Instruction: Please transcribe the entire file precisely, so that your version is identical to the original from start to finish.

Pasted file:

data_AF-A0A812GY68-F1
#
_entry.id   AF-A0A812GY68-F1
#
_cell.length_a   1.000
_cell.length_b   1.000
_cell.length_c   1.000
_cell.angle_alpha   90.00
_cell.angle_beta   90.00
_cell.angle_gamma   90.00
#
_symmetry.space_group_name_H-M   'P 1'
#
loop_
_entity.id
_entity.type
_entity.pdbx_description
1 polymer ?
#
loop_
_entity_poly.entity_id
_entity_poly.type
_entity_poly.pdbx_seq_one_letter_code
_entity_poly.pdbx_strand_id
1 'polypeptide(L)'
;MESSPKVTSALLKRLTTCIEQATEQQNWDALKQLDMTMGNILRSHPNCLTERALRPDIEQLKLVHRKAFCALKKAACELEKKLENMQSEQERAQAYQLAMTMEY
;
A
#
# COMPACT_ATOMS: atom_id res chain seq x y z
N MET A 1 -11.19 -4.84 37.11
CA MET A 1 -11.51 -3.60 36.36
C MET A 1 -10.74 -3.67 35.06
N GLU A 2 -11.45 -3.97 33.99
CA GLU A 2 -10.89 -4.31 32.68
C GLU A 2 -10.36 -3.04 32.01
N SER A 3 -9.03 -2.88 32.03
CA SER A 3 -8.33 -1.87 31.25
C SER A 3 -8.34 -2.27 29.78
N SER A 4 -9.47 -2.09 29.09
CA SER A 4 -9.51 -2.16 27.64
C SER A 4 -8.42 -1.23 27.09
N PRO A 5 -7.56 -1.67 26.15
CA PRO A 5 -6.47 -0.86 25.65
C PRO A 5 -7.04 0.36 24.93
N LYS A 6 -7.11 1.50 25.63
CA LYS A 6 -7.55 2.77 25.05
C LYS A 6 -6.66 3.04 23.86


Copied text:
data_AF-A0A812GY68-F1
#
_entry.id   AF-A0A812GY68-F1
#
_cell.length_a   1.000
_cell.length_b   1.000
_cell.length_c   1.000
_cell.angle_alpha   90.00
_cell.angle_beta   90.00
_cell.angle_gamma   90.00
#
_symmetry.space_group_name_H-M   'P 1'
#
loop_
_entity.id
_entity.type
_entity.pdbx_description
1 polymer ?
#
loop_
_entity_poly.entity_id
_entity_poly.type
_entity_poly.pdbx_seq_one_letter_code
_entity_poly.pdbx_strand_id
1 'polypeptide(L)'
;MESSPKVTSALLKRLTTCIEQATEQQNWDALKQLDMTMGNILRSHPNCLTERALRPDIEQLKLVHRKAFCALKKAACELEKKLENMQSEQERAQAYQLAMTMEY
;
A
#
# COMPACT_ATOMS: atom_id res chain seq x y z
N MET A 1 -11.19 -4.84 37.11
CA MET A 1 -11.51 -3.60 36.36
C MET A 1 -10.74 -3.67 35.06
N GLU A 2 -11.45 -3.97 33.99
CA GLU A 2 -10.89 -4.31 32.68
C GLU A 2 -10.36 -3.04 32.01
N SER A 3 -9.03 -2.88 32.03
CA SER A 3 -8.33 -1.87 31.25
C SER A 3 -8.34 -2.27 29.78
N SER A 4 -9.47 -2.09 29.09
CA SER A 4 -9.51 -2.16 27.64
C SER A 4 -8.42 -1.23 27.09
N PRO A 5 -7.56 -1.67 26.15
CA PRO A 5 -6.47 -0.86 25.65
C PRO A 5 -7.04 0.36 24.93
N LYS A 6 -7.11 1.50 25.63
CA LYS A 6 -7.55 2.77 25.05
C LYS A 6 -6.66 3.04 23.86